the insulating member includes a single-piece front insulator, the front insulator being held at a front end of a cavity of the first cylindrical contact by means of a first elastic lock, secured in a first groove,
the intermediate contact being held in a first receptacle of the front insulator by a harpoon embedded in the material of the front insulator,
the central contact being situated in a second receptacle of the front insulator, and being locked therein by a shoulder of the front insulator, further wherein the insulating member includes a rear insulator held by a rim at a rear end of the first cylindrical contact.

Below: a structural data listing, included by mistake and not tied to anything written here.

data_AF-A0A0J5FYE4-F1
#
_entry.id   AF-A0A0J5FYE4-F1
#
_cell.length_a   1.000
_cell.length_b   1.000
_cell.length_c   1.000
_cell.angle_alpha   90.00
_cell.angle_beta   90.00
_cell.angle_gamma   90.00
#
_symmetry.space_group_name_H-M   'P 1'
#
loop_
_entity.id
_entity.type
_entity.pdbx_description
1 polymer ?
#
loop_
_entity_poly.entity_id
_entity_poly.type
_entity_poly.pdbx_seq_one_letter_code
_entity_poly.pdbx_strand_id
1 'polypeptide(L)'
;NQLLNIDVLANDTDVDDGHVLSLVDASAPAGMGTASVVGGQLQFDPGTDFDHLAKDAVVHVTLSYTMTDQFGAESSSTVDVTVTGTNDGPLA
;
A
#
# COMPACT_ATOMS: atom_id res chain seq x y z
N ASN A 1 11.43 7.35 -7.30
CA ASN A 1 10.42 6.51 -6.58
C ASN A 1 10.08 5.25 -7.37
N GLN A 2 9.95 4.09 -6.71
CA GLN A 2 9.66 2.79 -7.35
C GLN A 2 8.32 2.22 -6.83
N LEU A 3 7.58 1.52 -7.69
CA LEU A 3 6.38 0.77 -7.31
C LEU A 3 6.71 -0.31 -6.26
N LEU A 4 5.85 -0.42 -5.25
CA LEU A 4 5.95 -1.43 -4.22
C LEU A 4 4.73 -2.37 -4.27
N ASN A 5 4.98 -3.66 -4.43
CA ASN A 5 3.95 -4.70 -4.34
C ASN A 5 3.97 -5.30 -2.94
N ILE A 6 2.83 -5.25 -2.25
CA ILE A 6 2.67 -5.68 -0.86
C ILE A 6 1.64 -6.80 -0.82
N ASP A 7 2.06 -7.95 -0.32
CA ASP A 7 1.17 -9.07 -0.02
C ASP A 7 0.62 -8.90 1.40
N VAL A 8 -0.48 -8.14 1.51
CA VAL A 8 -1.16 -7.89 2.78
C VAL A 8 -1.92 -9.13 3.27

10. A contact as claimed in claim 9, wherein said rear insulator is traversed by a pin of said intermediate contact and by a pin of said central contact.
11. A contact as claimed in claim 10 wherein the two pins have a bend with respect to a longitudinal axis of said contact.
12. A contact of the triaxial type, comprising a first outer cylindrical contact, an intermediate contact and a central contact, these contacts being held together by mechanical means and electrically insulated from each other by an insulating member, wherein
the insulating member includes a single-piece front insulator, the front insulator being held at a front end of a cavity of the first cylindrical contact by means of a first elastic lock, secured in a first groove,
the intermediate contact being held in a first receptacle of the front insulator by a harpoon embedded in the material of the front insulator,